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Mitochondria in acute myocardial infarction and cardioprotection.

Authors
  • Ramachandra, Chrishan J A1
  • Hernandez-Resendiz, Sauri2
  • Crespo-Avilan, Gustavo E2
  • Lin, Ying-Hsi1
  • Hausenloy, Derek J3
  • 1 National Heart Research Institute Singapore, National Heart Centre, Singapore; Cardiovascular & Metabolic Disorders Program, Duke-National University of Singapore Medical School, Singapore. , (Singapore)
  • 2 National Heart Research Institute Singapore, National Heart Centre, Singapore; Cardiovascular & Metabolic Disorders Program, Duke-National University of Singapore Medical School, Singapore; Institute of Biochemistry, Medical School, Justus-Liebig University, 35392 Giessen, Germany. , (Germany)
  • 3 National Heart Research Institute Singapore, National Heart Centre, Singapore; Cardiovascular & Metabolic Disorders Program, Duke-National University of Singapore Medical School, Singapore; Department of Biochemistry, Medical Faculty, Justus Liebig-University, Giessen, Germany; Yong Loo Lin School of Medicine, National University Singapore, Singapore; The Hatter Cardiovascular Institute, University College London, London, UK; Cardiovascular Research Center, College of Medical and Health Sciences, Asia University, Taiwan. Electronic address: [email protected] , (Germany)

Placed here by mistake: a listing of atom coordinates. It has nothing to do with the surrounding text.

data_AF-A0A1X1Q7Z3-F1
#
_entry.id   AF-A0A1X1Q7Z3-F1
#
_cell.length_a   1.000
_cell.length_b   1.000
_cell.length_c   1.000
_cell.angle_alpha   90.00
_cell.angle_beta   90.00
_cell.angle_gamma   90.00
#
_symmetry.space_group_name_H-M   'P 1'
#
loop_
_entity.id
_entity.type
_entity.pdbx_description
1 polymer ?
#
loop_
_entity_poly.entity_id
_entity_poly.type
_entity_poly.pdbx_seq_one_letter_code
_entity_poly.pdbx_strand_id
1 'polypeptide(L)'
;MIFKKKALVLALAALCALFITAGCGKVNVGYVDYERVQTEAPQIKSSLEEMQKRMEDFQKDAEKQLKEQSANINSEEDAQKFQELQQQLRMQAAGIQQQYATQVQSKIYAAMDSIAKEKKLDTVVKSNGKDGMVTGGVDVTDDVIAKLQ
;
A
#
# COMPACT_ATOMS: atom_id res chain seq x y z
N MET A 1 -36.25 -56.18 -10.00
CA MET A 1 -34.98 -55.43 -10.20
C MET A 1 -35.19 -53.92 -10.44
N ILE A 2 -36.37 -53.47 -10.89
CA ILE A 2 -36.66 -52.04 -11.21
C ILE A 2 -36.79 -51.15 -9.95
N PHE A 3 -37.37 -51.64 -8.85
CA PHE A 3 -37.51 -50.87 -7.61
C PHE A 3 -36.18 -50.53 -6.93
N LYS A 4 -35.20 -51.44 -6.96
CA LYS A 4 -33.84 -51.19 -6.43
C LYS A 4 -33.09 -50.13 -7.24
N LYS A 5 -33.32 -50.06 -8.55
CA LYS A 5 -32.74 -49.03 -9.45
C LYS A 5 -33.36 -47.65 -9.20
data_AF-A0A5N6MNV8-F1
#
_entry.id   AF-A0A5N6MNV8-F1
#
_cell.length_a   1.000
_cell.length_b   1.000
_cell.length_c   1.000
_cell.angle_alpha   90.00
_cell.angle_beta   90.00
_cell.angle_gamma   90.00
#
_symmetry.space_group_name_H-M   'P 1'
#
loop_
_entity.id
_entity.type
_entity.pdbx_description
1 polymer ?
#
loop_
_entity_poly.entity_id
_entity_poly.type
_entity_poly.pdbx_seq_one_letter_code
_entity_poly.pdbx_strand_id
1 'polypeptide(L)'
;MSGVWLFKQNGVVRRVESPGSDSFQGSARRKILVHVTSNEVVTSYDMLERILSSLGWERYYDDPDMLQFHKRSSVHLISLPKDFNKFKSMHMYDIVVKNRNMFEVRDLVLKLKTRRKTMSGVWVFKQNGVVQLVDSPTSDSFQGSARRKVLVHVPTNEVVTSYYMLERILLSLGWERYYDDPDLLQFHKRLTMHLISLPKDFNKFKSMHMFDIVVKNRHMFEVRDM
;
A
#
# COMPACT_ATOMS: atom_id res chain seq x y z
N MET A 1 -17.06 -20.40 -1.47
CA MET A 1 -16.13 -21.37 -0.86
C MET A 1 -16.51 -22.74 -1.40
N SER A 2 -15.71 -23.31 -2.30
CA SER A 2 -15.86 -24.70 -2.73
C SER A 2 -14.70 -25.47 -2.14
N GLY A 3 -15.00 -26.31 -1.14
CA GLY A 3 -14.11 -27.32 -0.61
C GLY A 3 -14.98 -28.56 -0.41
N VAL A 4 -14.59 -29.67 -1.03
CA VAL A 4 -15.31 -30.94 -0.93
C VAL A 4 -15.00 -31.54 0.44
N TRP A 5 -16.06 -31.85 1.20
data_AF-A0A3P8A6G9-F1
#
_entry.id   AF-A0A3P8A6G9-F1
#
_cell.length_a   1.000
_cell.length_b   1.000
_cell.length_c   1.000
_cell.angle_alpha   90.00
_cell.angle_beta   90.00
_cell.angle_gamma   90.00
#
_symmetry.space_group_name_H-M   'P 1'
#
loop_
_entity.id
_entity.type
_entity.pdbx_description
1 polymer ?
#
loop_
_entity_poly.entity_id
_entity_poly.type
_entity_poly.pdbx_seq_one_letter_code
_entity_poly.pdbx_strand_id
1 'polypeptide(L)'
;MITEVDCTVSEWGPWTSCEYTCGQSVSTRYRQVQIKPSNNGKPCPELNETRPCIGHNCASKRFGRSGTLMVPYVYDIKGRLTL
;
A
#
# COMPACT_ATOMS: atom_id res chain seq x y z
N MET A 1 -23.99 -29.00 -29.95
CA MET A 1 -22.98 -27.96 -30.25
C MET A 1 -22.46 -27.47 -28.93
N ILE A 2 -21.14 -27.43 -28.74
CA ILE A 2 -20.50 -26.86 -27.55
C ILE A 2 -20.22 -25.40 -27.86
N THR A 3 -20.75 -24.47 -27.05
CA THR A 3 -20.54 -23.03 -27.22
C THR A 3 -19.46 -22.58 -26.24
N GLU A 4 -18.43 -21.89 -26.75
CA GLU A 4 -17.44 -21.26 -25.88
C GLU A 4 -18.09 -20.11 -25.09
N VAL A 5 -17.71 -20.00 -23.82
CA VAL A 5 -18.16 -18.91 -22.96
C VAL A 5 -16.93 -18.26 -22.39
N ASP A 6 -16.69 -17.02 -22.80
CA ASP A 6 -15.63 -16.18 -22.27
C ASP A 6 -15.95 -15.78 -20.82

Type
Published Article
Journal
EBioMedicine
Publisher
Elsevier
Publication Date
Jul 01, 2020
Volume
57
Pages
102884–102884
Identifiers
DOI: 10.1016/j.ebiom.2020.102884
PMID: 32653860
Source
Medline
Keywords
Language
English
License
Unknown

Abstract

Acute myocardial infarction (AMI) and the heart failure (HF) that often follows are among the leading causes of death and disability worldwide. As such, new treatments are needed to protect the myocardium against the damaging effects of the acute ischaemia and reperfusion injury (IRI) that occurs in AMI, in order to reduce myocardial infarct (MI) size, preserve cardiac function, and improve patient outcomes. In this regard, cardiac mitochondria play a dual role as arbiters of cell survival and death following AMI. Therefore, preventing mitochondrial dysfunction induced by acute myocardial IRI is an important therapeutic strategy for cardioprotection. In this article, we review the role of mitochondria as key determinants of acute myocardial IRI, and we highlight their roles as therapeutic targets for reducing MI size and preventing HF following AMI. In addition, we discuss the challenges in translating mitoprotective strategies into the clinical setting for improving outcomes in AMI patients. Copyright © 2020 The Authors. Published by Elsevier B.V. All rights reserved.

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